Griffin & Wei Fig. 9
Their Figure 9 shows the flow of funds over time into the scammer's wallets at exchanges. This is how they estimated the $75.3B; their extremely conservative estimate is $35.1B, and their liberal estimate is $237.6B. Note the huge ~$45B increase from January 2021 to January 2023, partly driven by the cryptocurrency boom, and the slowing until January 2024. Presumably the ETF pump will accelerate the rate.

Below the fold, some commentary on this and other recent developments.

Tuesday, March 12, 2024

Petabit Optical Media?

Sabine Hossenfelder does the good Dr. Pangloss proud in her report on A 3D nanoscale optical disk memory with petabit capacity by Miao Zhao et al. Their abstract claims that:
we increase the capacity of [optical data storage] to the petabit level by extending the planar recording architecture to three dimensions with hundreds of layers, meanwhile breaking the optical diffraction limit barrier of the recorded spots. We develop an optical recording medium based on a photoresist film doped with aggregation-induced emission dye, which can be optically stimulated by femtosecond laser beams. This film is highly transparent and uniform, and the aggregation-induced emission phenomenon provides the storage mechanism. It can also be inhibited by another deactivating beam, resulting in a recording spot with a super-resolution scale. This technology makes it possible to achieve exabit-level storage by stacking nanoscale disks into arrays, which is essential in big data centres with limited space.
Below the fold I discuss this technology.

Tuesday, March 5, 2024

Microsoft's Archival Storage Research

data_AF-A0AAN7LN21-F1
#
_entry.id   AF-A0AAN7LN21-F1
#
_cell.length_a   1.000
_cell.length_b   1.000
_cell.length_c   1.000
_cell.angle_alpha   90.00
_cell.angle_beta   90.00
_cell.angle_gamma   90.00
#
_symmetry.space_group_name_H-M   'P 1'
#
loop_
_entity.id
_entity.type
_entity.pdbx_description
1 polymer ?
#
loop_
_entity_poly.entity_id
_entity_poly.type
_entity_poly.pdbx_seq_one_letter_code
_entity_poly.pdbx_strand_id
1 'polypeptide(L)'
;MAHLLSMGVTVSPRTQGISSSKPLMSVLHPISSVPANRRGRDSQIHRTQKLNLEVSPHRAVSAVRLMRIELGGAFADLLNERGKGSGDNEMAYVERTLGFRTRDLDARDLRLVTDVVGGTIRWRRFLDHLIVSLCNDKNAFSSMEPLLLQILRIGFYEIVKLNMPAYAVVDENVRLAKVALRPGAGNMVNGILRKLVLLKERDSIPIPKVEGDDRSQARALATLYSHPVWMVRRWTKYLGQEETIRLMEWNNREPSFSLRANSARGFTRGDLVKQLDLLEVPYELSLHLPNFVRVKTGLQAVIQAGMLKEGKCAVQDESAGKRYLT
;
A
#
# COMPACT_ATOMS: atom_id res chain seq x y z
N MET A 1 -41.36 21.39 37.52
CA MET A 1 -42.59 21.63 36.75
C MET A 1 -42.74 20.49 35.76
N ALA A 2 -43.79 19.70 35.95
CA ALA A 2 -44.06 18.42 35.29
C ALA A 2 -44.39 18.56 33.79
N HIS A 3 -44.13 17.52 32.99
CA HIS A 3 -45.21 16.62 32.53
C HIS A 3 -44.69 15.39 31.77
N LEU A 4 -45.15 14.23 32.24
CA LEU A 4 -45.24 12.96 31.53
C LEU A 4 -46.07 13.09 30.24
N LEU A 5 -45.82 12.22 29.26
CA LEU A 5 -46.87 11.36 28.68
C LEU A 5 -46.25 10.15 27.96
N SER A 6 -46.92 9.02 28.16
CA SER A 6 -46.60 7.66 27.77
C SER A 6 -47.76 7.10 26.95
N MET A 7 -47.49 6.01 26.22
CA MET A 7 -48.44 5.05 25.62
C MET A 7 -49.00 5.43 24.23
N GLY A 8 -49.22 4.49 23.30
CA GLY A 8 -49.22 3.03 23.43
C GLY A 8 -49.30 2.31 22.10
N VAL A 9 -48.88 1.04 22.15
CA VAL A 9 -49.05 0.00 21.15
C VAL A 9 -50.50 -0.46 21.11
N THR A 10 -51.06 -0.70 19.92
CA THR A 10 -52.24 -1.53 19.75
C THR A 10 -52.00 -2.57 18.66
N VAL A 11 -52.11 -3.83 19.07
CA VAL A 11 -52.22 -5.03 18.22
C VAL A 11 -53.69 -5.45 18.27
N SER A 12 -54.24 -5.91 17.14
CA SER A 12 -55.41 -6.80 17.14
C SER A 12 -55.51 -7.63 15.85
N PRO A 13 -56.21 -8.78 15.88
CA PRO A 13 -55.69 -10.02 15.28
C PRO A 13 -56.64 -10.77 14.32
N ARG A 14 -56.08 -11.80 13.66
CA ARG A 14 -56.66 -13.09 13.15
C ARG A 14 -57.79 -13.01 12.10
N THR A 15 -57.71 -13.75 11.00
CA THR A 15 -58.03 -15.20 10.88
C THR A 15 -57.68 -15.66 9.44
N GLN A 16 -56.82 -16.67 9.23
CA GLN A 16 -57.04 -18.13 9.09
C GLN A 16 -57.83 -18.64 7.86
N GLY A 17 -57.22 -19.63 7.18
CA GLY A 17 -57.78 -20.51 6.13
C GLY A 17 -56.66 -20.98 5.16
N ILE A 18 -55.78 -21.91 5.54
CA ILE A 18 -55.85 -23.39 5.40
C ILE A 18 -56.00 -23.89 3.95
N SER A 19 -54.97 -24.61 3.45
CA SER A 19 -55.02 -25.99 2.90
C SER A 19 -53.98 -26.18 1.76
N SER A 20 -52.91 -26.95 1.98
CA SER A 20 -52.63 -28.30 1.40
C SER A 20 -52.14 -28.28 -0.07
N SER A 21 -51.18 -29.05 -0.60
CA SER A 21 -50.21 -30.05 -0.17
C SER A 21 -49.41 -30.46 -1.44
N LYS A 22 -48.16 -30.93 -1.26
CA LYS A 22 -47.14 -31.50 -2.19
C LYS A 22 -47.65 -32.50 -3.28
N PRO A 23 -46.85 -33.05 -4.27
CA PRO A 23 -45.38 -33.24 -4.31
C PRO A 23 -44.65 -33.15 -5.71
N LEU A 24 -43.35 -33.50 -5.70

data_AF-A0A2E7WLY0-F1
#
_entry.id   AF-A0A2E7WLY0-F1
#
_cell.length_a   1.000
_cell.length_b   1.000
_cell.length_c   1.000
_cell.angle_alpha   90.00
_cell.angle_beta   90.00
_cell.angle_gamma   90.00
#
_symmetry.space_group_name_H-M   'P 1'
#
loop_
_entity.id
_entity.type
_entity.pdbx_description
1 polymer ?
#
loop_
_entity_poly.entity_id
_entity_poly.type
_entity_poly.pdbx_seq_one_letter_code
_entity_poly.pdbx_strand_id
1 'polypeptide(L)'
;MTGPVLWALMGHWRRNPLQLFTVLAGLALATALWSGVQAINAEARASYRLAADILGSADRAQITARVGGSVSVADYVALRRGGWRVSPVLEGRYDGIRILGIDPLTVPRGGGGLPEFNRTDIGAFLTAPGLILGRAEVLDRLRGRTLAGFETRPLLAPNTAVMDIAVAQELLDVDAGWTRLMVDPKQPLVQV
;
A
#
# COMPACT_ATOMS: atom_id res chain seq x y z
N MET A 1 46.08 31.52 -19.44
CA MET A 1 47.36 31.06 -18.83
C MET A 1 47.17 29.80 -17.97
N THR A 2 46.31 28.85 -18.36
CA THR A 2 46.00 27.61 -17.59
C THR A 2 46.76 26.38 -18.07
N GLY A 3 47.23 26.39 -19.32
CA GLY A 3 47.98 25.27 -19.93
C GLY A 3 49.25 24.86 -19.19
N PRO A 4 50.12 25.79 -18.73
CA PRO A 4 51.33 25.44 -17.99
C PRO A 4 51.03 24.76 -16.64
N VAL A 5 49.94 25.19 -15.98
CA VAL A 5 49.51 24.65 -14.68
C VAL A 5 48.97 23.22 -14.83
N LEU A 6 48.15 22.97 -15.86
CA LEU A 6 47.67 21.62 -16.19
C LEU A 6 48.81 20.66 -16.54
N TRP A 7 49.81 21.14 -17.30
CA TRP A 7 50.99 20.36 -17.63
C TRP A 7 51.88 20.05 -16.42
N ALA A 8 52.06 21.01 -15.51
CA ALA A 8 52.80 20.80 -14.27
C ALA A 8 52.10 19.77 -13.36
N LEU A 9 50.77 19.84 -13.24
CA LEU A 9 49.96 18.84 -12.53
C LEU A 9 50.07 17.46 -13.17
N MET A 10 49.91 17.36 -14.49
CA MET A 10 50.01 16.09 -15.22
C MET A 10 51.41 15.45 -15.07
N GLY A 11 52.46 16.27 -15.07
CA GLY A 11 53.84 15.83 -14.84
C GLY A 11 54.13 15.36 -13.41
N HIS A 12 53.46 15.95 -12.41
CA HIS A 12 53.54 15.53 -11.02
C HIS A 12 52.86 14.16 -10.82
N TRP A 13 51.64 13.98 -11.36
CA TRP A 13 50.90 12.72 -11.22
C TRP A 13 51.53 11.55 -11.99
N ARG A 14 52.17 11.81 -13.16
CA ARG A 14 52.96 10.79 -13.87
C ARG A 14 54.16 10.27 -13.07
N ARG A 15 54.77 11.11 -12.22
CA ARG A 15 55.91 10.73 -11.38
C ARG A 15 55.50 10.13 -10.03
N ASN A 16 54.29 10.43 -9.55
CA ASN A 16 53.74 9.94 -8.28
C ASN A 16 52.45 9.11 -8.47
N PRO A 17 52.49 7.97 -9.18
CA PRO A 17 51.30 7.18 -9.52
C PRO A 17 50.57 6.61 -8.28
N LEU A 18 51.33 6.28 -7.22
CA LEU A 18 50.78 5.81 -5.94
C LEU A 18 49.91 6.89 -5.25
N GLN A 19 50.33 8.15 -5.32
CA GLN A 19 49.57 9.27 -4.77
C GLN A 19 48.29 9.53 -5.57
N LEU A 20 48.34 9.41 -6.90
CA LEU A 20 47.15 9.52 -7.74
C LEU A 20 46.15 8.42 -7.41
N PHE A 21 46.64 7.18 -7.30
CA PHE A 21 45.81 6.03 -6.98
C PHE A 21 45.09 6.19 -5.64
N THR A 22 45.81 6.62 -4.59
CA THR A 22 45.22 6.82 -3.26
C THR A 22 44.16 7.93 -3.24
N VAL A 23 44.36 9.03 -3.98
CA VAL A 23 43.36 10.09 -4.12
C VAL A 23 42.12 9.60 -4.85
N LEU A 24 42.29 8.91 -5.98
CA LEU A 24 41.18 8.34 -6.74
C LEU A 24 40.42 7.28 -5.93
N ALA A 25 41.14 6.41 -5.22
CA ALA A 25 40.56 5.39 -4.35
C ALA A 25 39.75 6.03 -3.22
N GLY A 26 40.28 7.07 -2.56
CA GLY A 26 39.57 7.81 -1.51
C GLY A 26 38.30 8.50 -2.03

2016 Media Shipments

Exabytes Revenue $/GB
Hard Disk693$26.8B$0.039
LTO Tape40$0.65B$0.016
Six years ago I wrote Archival Media: Not a Good Business and included this table. The argument went as follows:
  • The value that can be extracted from data decays rapidly with time.
  • Thus companies would rather invest in current than archival data.
  • Thus archival media and systems are a niche market.
  • Thus archival media and systems lack the manufacturing volume to drive down prices.
  • Thus although quasi-immortal media have low opex (running cost), they have high capex (purchase cost).
  • Especially now interest rates are non-zero, the high capex makes the net present value of their lifetime cost high.
  • Archival media compete with legacy generic media, which have mass-market volumes and have already amortized their R&D, so have low capex but higher opex through their shorter service lives.
  • Because they have much higher volumes and thus much more R&D, generic media have much higher Kryder rates, meaning that although they need to be replaced over time, each new unit at approximately equal cost replaces several old units, reducing opex.
  • Especially now interest rates are non-zero, the net present value of the lower capex but higher opex is likely very competitive.
Below the fold I look into why, despite this, Microsoft has been pouring money into archival system R&D for about a decade.